• To create programs that counter human trafficking and promote life, access to universal health care, care for the environment, the dignity of women and children, the rights of migrants, and participation in civil society.

These strategies for ‘System Change’ from the Congregation’s plan offer you with a rich diversity of ideas for action. Systemic change is an important goal for the Vincentian Family. I believe we can all find ways to adapt it to our works and educate others of its importance.

In Lent and throughout this year, we have the opportunity to grow in our faith by reflecting on God’s Word and partaking in the Eucharist which deepens our bonds of connection in service of the poor. It is a daunting task, but as members of the Vincentian Family, our “mystic of charity” inspires us to remember whom and why we serve:

I beg Our Lord that we may be able to die to ourselves in order to rise with Him, that he may be the  joy of your heart, the end and soul of your actions, and your glory in heaven. This will come to pass if we humble ourselves as He humbled Himself, if we renounce our own satisfaction to follow Him by carrying our little crosses, and if we give our lives willingly, as He gave His for our neighbor whom he loves and whom he wants us to love as ourselves.” (St. Vincent: CCD, Vol. 3, p. 616, Letter 1202, 27 March, 1650.)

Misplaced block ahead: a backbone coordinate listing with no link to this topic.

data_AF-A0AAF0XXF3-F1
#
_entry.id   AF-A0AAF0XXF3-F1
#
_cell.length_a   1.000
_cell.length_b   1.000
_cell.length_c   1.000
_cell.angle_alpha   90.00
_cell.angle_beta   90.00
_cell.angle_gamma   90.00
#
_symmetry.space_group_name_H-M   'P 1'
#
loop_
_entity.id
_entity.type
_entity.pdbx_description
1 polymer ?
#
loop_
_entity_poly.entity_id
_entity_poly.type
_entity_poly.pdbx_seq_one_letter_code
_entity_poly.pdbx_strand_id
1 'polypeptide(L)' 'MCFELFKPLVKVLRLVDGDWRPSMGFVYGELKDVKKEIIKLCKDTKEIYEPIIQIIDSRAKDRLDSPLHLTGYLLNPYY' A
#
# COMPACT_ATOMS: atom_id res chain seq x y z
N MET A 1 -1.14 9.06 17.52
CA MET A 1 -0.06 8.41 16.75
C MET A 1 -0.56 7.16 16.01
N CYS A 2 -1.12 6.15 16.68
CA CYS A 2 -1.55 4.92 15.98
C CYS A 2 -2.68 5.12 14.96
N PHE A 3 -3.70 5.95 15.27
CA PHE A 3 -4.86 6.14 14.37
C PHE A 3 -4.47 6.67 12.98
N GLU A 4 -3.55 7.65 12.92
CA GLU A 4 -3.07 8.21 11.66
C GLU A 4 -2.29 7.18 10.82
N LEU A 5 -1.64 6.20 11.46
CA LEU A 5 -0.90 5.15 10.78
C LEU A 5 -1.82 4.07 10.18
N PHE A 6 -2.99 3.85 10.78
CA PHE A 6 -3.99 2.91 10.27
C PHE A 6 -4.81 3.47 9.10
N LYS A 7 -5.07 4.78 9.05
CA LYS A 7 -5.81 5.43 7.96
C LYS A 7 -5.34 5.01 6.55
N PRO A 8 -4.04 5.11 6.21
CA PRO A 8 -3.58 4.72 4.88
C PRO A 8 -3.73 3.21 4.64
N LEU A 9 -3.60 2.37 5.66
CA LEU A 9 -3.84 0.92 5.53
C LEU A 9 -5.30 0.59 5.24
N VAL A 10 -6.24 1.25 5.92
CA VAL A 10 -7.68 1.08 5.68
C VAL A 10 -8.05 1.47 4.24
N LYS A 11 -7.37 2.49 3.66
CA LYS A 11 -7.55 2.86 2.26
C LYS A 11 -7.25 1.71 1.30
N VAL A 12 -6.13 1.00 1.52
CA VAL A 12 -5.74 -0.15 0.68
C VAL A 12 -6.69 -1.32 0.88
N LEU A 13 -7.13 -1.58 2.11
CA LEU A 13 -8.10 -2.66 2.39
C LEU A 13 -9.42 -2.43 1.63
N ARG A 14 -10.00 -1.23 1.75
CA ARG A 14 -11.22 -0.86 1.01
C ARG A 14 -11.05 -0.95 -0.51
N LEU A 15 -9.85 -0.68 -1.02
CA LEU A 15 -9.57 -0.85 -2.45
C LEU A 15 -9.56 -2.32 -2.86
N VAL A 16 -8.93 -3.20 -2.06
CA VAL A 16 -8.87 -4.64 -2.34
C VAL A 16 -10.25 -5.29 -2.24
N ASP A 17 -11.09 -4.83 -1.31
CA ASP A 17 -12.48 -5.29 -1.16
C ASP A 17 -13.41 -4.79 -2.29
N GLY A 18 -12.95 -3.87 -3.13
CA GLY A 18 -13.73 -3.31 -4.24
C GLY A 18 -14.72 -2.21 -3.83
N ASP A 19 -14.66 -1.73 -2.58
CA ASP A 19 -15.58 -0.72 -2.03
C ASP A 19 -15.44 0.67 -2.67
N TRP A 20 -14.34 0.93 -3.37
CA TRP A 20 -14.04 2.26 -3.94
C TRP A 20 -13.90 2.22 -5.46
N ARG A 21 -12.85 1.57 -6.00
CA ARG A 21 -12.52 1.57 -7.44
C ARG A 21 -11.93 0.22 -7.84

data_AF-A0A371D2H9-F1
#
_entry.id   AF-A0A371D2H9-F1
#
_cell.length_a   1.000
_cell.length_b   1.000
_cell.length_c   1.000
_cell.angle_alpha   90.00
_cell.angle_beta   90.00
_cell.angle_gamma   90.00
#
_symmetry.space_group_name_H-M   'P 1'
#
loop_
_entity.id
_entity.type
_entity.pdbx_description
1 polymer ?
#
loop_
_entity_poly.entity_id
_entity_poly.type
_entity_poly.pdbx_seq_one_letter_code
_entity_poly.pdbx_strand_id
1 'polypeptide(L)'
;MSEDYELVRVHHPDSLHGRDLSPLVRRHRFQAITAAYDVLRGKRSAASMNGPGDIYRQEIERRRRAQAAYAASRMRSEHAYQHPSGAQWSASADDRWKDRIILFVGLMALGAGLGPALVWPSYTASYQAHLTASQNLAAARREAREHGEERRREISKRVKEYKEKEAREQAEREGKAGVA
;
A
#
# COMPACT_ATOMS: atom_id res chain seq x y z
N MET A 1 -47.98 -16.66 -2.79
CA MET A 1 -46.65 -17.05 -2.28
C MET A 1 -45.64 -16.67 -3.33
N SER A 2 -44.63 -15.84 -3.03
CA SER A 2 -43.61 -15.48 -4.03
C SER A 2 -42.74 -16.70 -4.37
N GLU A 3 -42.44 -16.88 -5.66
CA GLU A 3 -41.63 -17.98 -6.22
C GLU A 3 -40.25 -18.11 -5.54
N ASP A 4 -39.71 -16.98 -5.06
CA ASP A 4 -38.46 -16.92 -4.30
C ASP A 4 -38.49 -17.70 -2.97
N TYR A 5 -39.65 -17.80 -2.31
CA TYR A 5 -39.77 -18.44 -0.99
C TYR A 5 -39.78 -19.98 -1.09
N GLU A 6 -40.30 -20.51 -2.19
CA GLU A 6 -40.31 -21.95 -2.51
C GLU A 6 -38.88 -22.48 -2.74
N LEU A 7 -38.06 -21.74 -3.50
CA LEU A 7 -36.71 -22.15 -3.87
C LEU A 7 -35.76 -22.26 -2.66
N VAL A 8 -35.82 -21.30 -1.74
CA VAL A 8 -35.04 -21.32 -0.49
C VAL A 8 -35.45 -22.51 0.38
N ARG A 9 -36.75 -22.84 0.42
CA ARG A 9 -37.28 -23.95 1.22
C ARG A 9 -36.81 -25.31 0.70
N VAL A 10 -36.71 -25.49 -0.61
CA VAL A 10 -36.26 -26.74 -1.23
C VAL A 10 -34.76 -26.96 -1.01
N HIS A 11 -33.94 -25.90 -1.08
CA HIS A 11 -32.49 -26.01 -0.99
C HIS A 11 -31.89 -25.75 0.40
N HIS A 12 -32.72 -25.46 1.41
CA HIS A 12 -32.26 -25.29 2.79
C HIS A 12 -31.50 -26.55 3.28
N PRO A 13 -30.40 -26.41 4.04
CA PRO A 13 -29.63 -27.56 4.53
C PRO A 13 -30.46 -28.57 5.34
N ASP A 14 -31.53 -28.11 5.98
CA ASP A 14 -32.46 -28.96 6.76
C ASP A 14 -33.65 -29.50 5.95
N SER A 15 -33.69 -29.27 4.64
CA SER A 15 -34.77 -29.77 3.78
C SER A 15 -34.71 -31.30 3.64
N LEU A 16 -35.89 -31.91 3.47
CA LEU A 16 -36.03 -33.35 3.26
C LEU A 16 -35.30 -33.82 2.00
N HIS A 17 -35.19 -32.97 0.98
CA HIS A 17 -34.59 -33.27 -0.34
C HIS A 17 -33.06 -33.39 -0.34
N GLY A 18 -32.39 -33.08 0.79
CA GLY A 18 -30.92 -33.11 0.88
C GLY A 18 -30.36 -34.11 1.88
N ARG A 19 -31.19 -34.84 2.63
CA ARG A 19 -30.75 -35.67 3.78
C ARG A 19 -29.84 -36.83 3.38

Our restless world, along with the plight of the Restavek and Kumasi children can seem at times to be overwhelming. But our faith in Jesus and the Vincentian charism provide us with renewal, strength, and confidence to face the future with hope. Through the intercession of Mary, Our Lady of the Miraculous Medal, I pray this Lent will be a time when God’s grace and goodness may be more fully manifested in your life and the lives of all whom you serve.

Your brother in St. Vincent,

G. Gregory Gay, C.M.

Superior General